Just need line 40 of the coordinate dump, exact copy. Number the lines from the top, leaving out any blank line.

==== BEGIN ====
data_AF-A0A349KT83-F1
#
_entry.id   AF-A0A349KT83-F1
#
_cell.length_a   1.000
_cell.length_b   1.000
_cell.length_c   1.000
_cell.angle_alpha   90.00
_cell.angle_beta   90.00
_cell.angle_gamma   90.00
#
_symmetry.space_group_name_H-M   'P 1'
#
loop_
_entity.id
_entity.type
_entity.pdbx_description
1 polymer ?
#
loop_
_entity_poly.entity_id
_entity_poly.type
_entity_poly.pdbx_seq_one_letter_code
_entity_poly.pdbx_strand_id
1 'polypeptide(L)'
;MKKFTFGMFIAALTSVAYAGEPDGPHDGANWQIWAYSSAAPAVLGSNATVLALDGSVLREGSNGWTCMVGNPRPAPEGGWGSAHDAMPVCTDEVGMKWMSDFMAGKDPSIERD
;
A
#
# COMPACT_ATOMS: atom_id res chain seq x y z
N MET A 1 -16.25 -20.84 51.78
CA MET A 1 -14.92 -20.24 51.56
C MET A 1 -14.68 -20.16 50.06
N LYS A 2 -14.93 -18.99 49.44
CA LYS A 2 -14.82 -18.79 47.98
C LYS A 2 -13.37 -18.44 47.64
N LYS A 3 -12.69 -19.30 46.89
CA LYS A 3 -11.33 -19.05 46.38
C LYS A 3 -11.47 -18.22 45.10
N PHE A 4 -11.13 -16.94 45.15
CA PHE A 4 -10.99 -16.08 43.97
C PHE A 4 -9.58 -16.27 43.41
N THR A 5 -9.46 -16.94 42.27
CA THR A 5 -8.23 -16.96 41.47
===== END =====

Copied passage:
N PHE A 4 -11.13 -16.94 45.15